(Andy Synn reviews the new album by Germany’s Heaven Shall Burn.)
Recipe for success: one part Bolt Thrower, one part Earth Crisis, one part Swedish Death Metal (of the more melodic variety), and a heavy helping of Germanic thrash. Garnish with relevant philosophical and socio-political themes and roast for 15-20 years in a blaze of righteous fury.
It’s a recipe which has served Heaven Shall Burn extremely well over the years, and, though there have certainly been some valid criticisms of the band for sticking too closely to their own formula at times, it’s one that’s been responsible for keeping the German firebrands right at the forefront of the European Metalcore scene (which, with its slightly more raw and Death Metal influenced sound, I’ve often considered to be subtly distinct from its eventually more commercialised American cousin).
So I don’t think it would have surprised anyone if, on their eighth full-length album, the band had simply elected to continue with the same sound which made Iconoclast, Invictus, and Veto so successful. Why fix what isn’t broken, after all?
But… unexpectedly… that’s not exactly what happened…
Now I’m not for a minute suggesting that the band have suddenly changed or evolved into some hitherto unknown form, or that they’ve made any significant alterations to their core sound and identity. But from the moment that “Bring the War Home” kicks into high gear (following the stompy, scene-setting introduction of “The Loss of Fury”) it’s obvious that this is the most overtly Death/Thrash influenced Heaven Shall Burn have been since the days of Whatever It May Take.
It’s far from alone in this respect, as both the more refined “Passage of the Crane” (with its touch of old-school Melodeath influence) and the truly thunderous “They Shall Not Pass” (which could easily find a place on Crowned in Terror or The IVth Crusade) continue to channel the band’s early influences in a manner which feels altogether fresher and more revitalised than it has any right to be, while “Prey to God” (featuring a certain George “Corpsegrinder” Fisher) is easily the most straight-up Death Metal monstrosity the band have put to tape since… possibly ever.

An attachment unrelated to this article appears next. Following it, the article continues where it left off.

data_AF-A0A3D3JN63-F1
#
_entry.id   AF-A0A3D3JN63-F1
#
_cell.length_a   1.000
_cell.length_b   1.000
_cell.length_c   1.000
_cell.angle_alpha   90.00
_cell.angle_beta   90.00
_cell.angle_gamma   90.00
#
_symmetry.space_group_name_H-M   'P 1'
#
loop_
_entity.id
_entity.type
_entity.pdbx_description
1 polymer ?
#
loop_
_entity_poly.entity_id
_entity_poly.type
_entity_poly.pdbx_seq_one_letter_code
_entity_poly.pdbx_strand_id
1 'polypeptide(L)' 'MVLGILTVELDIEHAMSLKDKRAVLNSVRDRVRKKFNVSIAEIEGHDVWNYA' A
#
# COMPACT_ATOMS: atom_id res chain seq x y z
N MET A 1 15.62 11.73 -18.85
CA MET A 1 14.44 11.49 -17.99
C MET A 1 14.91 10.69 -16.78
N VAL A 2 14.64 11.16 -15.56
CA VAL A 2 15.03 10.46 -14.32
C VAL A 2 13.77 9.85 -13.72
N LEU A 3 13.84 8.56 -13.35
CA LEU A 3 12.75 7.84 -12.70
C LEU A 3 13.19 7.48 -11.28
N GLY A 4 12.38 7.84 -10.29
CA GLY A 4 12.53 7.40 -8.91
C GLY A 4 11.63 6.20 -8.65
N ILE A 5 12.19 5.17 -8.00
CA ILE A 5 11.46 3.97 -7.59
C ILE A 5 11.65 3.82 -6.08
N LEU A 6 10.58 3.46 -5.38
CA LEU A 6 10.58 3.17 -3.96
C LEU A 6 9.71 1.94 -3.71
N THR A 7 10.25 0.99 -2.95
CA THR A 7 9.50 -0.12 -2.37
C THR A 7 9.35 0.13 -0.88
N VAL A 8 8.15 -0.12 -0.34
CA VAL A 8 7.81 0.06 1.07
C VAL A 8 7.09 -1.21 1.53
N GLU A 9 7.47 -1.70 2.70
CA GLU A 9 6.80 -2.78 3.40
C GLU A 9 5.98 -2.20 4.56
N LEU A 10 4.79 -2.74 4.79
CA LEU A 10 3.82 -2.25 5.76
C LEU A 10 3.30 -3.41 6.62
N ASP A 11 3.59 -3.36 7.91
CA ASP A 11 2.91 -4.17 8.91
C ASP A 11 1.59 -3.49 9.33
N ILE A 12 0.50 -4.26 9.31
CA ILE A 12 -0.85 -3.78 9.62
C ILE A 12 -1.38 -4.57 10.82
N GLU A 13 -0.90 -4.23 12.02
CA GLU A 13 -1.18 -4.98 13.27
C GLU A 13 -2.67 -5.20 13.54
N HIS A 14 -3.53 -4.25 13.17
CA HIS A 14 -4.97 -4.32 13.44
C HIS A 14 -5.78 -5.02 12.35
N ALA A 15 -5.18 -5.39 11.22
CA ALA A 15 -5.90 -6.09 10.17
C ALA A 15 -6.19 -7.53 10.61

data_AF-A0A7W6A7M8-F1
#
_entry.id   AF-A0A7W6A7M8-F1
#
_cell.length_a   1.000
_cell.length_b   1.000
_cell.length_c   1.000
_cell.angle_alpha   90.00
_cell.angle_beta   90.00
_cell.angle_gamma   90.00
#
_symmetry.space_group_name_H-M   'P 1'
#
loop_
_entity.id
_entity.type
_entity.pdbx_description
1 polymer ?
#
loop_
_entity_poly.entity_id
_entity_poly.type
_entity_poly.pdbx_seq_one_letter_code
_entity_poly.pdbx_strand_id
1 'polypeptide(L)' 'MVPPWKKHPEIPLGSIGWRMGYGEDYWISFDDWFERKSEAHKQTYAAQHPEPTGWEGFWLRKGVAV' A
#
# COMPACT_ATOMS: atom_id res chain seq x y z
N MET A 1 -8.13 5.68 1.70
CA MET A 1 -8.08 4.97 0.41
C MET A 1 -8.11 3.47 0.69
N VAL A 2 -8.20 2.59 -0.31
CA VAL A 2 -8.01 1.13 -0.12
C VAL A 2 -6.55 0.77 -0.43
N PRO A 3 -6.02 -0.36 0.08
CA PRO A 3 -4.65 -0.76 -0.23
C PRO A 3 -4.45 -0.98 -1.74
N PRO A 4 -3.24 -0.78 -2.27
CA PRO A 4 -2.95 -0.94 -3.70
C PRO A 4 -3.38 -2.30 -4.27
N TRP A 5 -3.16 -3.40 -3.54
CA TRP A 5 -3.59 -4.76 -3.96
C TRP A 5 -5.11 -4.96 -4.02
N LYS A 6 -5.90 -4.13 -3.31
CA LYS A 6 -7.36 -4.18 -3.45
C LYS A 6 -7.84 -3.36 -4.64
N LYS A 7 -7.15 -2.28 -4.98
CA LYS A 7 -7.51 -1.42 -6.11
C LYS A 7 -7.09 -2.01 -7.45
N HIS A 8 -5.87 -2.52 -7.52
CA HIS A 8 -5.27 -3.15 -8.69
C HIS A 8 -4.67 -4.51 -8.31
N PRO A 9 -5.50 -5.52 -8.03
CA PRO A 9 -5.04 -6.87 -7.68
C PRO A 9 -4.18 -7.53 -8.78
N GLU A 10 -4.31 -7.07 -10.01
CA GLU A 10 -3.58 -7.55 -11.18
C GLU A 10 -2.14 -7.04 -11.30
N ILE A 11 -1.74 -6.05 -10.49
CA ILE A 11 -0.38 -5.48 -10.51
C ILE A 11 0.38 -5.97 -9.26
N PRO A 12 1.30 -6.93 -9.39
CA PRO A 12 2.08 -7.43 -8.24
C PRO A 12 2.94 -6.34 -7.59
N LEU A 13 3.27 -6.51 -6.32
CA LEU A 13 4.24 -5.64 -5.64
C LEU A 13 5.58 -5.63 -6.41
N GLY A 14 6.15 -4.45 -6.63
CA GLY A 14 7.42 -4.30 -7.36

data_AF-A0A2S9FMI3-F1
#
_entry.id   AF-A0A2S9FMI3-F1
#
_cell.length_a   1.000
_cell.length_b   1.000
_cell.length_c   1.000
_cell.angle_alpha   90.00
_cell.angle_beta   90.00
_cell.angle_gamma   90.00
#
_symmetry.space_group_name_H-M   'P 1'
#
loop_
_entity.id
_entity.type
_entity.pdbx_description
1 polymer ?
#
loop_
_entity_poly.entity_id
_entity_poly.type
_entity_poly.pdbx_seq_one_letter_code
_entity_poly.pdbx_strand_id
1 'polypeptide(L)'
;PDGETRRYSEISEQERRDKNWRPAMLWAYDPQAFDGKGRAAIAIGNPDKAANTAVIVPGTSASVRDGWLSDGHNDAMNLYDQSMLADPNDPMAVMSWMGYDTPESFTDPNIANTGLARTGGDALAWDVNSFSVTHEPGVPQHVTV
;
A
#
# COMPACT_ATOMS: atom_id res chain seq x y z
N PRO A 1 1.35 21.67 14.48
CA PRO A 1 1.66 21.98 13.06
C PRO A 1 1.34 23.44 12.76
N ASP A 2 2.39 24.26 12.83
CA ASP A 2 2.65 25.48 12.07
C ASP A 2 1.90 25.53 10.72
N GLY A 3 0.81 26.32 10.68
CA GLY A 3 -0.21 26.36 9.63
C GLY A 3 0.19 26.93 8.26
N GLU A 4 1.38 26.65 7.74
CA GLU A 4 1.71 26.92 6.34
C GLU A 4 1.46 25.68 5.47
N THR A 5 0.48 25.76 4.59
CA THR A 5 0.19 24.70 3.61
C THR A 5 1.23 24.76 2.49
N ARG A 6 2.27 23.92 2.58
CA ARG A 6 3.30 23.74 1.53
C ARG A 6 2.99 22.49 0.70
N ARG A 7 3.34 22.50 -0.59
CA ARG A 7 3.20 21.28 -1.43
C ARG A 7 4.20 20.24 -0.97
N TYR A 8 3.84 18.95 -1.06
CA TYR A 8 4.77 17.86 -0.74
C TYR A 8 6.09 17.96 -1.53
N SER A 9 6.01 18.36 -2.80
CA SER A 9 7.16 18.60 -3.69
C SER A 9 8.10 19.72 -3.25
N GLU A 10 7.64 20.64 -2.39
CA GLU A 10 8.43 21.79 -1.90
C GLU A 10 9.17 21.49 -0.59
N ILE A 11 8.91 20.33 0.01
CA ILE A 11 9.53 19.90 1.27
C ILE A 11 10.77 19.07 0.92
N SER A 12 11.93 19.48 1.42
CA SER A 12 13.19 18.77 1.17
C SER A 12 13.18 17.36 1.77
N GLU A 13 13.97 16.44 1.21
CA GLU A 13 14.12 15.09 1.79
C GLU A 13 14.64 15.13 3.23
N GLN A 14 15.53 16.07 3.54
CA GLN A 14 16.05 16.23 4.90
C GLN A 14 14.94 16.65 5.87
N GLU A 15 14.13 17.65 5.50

I’ll grant you that there’s a slight drop-off in overall quality in the second half of the album, as both “Save Me” and “Extermination Order” – though not without their charms – do feel a little stock when compared to Wanderer’s most outstanding moments, and in this they’re not dissimilar to “Downshifter” from the album’s first half, which also runs the gamut from “great” to merely “good” over the course of its six-minute run-time.
Thankfully, these issues are pretty minor in the grand scheme of things, and are swiftly overshadowed by the sheer quality and cathartic energy of numbers like the astounding “Corium” (is that a hint of early Amorphis I hear?) and pulse-pounding closer “A River of Crimson”, both of which ratchet up the melody and intensity an extra notch as the album barrels towards its conclusion.
Of course I’d be remiss if I didn’t at least mention the album’s now de rigeur cover song(s), as this time around the quintet have delivered both a down-tuned and devastating rendition of Sodom’s classic “Agent Orange” and a sublime take on My Dying Bride’s “The Cry of Mankind” (complete with a guest appearance from Solstafir’s Aðalbjörn Tryggvason), that definitely rank amongst the best they’ve ever produced, and serve nicely as the old-school icing on this particular cake.
Despite its name, Wanderer feels like a band returning to their roots. And though the German insurgents have never before sounded quite as close to their influences as they do here, they somehow still sound more like themselves than ever.
Wanderer arrives on September 16 via Century Media. It’s available for pre-order in a variety of formats (including one with a bonus covers disc) through this link.